Pre-RFC: Break with value in for/while loops

Could you point out some of the downsides of this approach, having for and while evaluate to Option<T> if they contain break T; and evaluate to () it they contain break; or no break? From the perspective of reading and writing Rust code this seems perfectly natural to me, and it is not a breaking change because break T; is not currently allowed there. And in some ways it is consistent with break inside loop in that loop evaluates to T if it contains break T; and evaluates to () if it contains break;.

break T; sufficiently clearly communicates from writer to reader that we care about the value of the enclosing loop expression. I think it is more valuable to be consistent about break T; breaking with a value than to be consistent about break (); being interchangeable with break;, which is theoretically attractive but not at all valuable to reading or writing code.

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I think you misunderstood something. In the cited proposal break inside for loops will continue to work as it does today (i.e. you can't use break 1; inside them). There were suggestions to pass break argument as a generator resume argument (e.g. ending iteration without break will be desugared into gen.resume(None) and break 1; to gen.resume(Some(1))), but I am not sure about usefulness of such feature.

Can you provide practical examples for which break arguments inside for loops could be useful? I personally can't recall any.

UPD: I've messed-up the description of continue/break integration with generators, see the next message for a correct one.

That's not how I thought it would work, I exected that continue would pass an argument to resume and if you omit continue you get continue () at the end of the loop. Although this does require generator with resume arguments. Then break would have to match the type of Generator::Return. But this shouldn't pose a problem because we would presumably have a combinator for mapping the return of the generator, i.e. map_return, so we could force the return type to be whatever we want.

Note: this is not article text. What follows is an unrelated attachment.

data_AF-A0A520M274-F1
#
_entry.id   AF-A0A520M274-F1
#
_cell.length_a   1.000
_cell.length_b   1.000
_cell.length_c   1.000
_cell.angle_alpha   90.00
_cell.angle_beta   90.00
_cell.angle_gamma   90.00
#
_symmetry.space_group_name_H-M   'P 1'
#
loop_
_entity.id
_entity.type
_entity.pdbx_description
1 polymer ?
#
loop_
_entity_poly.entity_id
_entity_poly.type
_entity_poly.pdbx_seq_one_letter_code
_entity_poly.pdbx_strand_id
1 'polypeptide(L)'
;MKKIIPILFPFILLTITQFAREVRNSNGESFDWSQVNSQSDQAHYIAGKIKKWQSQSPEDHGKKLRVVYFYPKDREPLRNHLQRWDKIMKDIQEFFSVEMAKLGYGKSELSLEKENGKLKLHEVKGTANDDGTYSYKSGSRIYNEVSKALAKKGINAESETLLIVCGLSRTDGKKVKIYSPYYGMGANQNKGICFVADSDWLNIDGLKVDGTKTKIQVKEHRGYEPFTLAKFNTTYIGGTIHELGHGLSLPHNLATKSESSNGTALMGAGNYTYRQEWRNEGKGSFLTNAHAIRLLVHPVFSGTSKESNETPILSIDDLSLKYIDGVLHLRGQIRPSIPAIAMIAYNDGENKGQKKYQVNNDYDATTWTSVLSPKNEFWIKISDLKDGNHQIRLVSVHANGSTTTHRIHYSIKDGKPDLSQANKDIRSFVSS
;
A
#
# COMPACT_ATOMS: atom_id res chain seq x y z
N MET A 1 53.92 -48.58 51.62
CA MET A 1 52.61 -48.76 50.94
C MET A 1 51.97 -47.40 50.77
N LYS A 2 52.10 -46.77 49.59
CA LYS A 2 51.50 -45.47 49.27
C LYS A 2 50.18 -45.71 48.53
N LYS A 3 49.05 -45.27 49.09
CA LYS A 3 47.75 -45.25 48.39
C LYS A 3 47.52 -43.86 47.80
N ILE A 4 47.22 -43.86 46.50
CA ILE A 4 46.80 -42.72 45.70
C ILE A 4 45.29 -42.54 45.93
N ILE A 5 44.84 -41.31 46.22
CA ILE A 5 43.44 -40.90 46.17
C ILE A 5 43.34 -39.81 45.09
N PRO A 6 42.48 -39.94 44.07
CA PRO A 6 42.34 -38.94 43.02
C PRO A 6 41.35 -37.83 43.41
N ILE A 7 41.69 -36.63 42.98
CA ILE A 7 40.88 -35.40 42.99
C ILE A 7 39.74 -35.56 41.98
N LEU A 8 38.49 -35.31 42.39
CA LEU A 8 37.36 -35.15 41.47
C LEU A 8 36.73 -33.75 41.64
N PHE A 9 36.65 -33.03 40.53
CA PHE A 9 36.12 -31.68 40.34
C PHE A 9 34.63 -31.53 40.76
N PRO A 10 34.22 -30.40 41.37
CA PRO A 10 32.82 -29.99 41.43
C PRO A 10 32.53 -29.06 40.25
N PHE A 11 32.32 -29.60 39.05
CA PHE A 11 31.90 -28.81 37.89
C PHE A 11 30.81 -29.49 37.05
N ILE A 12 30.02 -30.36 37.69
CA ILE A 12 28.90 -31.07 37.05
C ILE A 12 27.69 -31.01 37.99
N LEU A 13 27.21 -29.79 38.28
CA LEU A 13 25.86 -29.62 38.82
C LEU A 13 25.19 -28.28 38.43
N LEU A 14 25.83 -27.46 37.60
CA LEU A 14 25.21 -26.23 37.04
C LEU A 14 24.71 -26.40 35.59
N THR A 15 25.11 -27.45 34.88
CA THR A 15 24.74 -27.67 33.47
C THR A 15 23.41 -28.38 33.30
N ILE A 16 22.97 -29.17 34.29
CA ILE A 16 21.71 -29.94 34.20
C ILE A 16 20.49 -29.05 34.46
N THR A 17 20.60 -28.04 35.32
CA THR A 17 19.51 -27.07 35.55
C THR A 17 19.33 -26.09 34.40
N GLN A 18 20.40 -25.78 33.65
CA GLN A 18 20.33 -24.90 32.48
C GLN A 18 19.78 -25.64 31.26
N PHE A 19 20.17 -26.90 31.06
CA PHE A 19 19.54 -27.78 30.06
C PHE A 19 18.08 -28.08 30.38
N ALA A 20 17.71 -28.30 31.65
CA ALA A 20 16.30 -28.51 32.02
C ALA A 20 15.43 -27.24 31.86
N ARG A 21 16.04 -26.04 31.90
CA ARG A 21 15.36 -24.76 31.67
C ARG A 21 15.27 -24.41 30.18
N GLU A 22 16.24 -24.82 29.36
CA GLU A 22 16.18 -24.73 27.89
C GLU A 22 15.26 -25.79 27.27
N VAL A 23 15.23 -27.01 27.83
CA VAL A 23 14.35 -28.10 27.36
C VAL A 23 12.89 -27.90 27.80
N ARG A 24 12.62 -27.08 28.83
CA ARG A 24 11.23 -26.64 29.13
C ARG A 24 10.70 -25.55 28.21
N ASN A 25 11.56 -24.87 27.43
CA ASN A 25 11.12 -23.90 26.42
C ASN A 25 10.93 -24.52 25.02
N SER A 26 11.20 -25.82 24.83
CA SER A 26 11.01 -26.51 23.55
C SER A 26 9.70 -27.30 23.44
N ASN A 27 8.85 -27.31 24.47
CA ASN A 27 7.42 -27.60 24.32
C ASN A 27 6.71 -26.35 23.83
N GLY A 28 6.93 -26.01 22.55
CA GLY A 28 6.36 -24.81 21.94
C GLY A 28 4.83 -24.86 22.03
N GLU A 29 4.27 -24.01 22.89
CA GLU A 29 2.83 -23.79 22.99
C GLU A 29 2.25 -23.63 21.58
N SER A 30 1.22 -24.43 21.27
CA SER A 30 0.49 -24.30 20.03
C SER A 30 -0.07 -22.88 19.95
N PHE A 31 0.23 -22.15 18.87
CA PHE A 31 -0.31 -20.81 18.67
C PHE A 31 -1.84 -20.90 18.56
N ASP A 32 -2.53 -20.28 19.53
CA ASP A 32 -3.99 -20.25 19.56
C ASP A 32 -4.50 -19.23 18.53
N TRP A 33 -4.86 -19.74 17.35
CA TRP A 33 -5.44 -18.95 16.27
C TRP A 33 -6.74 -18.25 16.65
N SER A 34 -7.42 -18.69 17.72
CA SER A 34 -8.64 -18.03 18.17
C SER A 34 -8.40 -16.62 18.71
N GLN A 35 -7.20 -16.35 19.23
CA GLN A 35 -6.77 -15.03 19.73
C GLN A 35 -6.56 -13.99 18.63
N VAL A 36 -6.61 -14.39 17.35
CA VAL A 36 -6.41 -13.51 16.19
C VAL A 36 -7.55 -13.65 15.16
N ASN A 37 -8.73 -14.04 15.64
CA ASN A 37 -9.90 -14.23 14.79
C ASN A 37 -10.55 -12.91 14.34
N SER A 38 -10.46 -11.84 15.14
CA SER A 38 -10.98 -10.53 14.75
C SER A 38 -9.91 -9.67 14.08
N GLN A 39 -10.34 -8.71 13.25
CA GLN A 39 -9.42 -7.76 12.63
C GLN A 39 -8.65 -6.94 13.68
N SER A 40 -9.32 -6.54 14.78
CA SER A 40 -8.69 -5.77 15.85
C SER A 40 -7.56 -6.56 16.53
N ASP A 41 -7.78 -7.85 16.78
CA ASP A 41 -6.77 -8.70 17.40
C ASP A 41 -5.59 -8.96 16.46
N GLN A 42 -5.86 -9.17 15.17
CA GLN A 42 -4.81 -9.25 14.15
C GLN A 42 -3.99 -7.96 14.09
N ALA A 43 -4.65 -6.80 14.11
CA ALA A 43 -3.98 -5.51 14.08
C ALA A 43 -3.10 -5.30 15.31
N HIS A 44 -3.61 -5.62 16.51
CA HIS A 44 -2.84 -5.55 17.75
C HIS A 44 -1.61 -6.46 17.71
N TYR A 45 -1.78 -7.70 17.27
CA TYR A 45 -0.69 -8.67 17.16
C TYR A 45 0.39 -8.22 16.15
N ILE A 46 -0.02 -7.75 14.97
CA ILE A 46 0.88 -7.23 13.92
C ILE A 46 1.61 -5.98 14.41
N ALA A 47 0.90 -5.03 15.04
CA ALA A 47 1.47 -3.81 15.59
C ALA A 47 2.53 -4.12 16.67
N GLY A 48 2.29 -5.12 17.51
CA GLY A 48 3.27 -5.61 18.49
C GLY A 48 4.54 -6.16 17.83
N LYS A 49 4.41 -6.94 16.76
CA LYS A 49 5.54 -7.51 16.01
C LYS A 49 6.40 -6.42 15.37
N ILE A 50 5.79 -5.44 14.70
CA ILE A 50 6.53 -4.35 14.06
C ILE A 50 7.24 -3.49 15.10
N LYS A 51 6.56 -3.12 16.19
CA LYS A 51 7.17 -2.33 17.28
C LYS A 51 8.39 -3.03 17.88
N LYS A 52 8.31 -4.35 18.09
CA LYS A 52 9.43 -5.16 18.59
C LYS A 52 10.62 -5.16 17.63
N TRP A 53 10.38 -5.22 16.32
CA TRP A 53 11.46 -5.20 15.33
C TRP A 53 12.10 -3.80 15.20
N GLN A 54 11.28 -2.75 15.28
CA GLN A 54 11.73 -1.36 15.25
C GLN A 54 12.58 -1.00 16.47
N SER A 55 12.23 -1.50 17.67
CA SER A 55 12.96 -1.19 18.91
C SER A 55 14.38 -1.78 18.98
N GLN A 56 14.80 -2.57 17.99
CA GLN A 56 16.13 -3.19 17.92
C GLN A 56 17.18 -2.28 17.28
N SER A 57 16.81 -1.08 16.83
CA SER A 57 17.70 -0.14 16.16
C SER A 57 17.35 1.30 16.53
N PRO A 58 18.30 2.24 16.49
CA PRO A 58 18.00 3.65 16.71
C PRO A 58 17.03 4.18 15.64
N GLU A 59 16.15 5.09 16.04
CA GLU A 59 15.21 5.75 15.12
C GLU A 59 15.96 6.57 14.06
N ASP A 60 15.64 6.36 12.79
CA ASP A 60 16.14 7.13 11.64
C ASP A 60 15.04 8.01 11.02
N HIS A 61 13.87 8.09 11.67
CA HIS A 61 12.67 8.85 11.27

2 Likes

That is actually I would have expected such things to work. continue for resume arguments makes more sense than break

for item in haystack {
    if is_needle(item) {
        break item;
    }
}

is the go-to (ahem) example. You may argue it's silly given that find already exists, but then your own proposal can also surely be re-expressed with a combinator.

That seems like a workaround, not a fix. If it were really the case that for loops fit generators that return values well, a natural syntax to handle them would fall out of that proposal, without resorting to combinators. If you're not above using combinators, why not express the loop itself with a combinator?

Consider: a loop can evaluate to any type the loop body chooses. An if-else expression can evaluate to any type its bodies choose. But the for loop's return type is supposed to be chosen by the generator, why? And the generator proposal's definition of how break is supposed to work is so confusing and unnatural, that @newpavlov who proposed it cannot remember it!

As alternative to the proposed evaluating for to either () or Some(T) depending on the break t, as both types implement the Default trait:

  • If there is a break t in the for then it should evaluate to the type of t.
  • If the for can end without a break t statement (is this always true?), then the type must implement Default, whose default value is used.
  • If there are non-agreeing breaks then it is a syntax error.
  • If there is no break element we advise type inference to be (), but it could be any Default. E.g., with a for being assigned into a variable and then removing all its break statements.

This should be completely compatible with existent code. I have no idea if it would imply some notable change in the compiler. Does the compiler have a notion of the Default trait?

5 Likes

It's mainly just that its inconsistent and needs to be explained to everyone. It's not the same as loops evaluating to T or (), because break; is regarded as equivalent to break ();, just like return is. In order for it to be the same, normal loops would have to evaluate to Option<()>.

2 Likes

And that's the only "practical" example which you can provide? Then I am even more sure that this feature does not pull it's own weight in the proposed else form.